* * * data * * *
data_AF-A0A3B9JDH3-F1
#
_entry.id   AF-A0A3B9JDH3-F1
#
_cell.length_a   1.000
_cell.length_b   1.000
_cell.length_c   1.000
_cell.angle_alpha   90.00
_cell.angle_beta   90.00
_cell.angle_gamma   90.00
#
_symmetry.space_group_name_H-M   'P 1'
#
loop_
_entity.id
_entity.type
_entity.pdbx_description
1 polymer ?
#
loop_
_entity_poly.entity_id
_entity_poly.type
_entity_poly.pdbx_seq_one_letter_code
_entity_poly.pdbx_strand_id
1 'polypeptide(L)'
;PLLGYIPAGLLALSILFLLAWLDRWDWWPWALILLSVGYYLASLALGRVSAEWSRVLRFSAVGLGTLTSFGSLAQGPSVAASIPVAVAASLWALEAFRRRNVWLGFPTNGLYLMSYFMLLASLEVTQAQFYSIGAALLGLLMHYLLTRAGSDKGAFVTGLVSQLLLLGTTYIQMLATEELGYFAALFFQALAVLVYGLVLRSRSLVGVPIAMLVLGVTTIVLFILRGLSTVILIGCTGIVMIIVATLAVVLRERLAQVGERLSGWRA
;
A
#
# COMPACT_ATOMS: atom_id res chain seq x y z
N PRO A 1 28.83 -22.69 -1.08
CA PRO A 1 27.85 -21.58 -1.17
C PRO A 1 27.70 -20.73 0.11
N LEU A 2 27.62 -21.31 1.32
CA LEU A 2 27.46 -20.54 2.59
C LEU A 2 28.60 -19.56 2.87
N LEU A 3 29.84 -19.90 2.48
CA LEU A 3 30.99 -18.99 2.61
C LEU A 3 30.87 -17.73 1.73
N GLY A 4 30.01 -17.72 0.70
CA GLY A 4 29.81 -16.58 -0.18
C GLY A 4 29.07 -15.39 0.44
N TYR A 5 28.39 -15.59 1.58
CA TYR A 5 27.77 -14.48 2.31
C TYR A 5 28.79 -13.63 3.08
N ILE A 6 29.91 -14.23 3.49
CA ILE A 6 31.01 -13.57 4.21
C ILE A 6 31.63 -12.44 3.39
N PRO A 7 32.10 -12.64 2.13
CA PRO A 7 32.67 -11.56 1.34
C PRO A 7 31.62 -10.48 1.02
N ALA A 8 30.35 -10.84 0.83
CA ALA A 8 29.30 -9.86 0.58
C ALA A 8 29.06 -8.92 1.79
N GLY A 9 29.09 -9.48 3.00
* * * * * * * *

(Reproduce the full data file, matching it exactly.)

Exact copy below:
data_AF-A0A3B9JDH3-F1
#
_entry.id   AF-A0A3B9JDH3-F1
#
_cell.length_a   1.000
_cell.length_b   1.000
_cell.length_c   1.000
_cell.angle_alpha   90.00
_cell.angle_beta   90.00
_cell.angle_gamma   90.00
#
_symmetry.space_group_name_H-M   'P 1'
#
loop_
_entity.id
_entity.type
_entity.pdbx_description
1 polymer ?
#
loop_
_entity_poly.entity_id
_entity_poly.type
_entity_poly.pdbx_seq_one_letter_code
_entity_poly.pdbx_strand_id
1 'polypeptide(L)'
;PLLGYIPAGLLALSILFLLAWLDRWDWWPWALILLSVGYYLASLALGRVSAEWSRVLRFSAVGLGTLTSFGSLAQGPSVAASIPVAVAASLWALEAFRRRNVWLGFPTNGLYLMSYFMLLASLEVTQAQFYSIGAALLGLLMHYLLTRAGSDKGAFVTGLVSQLLLLGTTYIQMLATEELGYFAALFFQALAVLVYGLVLRSRSLVGVPIAMLVLGVTTIVLFILRGLSTVILIGCTGIVMIIVATLAVVLRERLAQVGERLSGWRA
;
A
#
# COMPACT_ATOMS: atom_id res chain seq x y z
N PRO A 1 28.83 -22.69 -1.08
CA PRO A 1 27.85 -21.58 -1.17
C PRO A 1 27.70 -20.73 0.11
N LEU A 2 27.62 -21.31 1.32
CA LEU A 2 27.46 -20.54 2.59
C LEU A 2 28.60 -19.56 2.87
N LEU A 3 29.84 -19.90 2.48
CA LEU A 3 30.99 -18.99 2.61
C LEU A 3 30.87 -17.73 1.73
N GLY A 4 30.01 -17.72 0.70
CA GLY A 4 29.81 -16.58 -0.18
C GLY A 4 29.07 -15.39 0.44
N TYR A 5 28.39 -15.59 1.58
CA TYR A 5 27.77 -14.48 2.31
C TYR A 5 28.79 -13.63 3.08
N ILE A 6 29.91 -14.23 3.49
CA ILE A 6 31.01 -13.57 4.21
C ILE A 6 31.63 -12.44 3.39
N PRO A 7 32.10 -12.64 2.13
CA PRO A 7 32.67 -11.56 1.34
C PRO A 7 31.62 -10.48 1.02
N ALA A 8 30.35 -10.84 0.83
CA ALA A 8 29.30 -9.86 0.58
C ALA A 8 29.06 -8.92 1.79
N GLY A 9 29.09 -9.48 3.00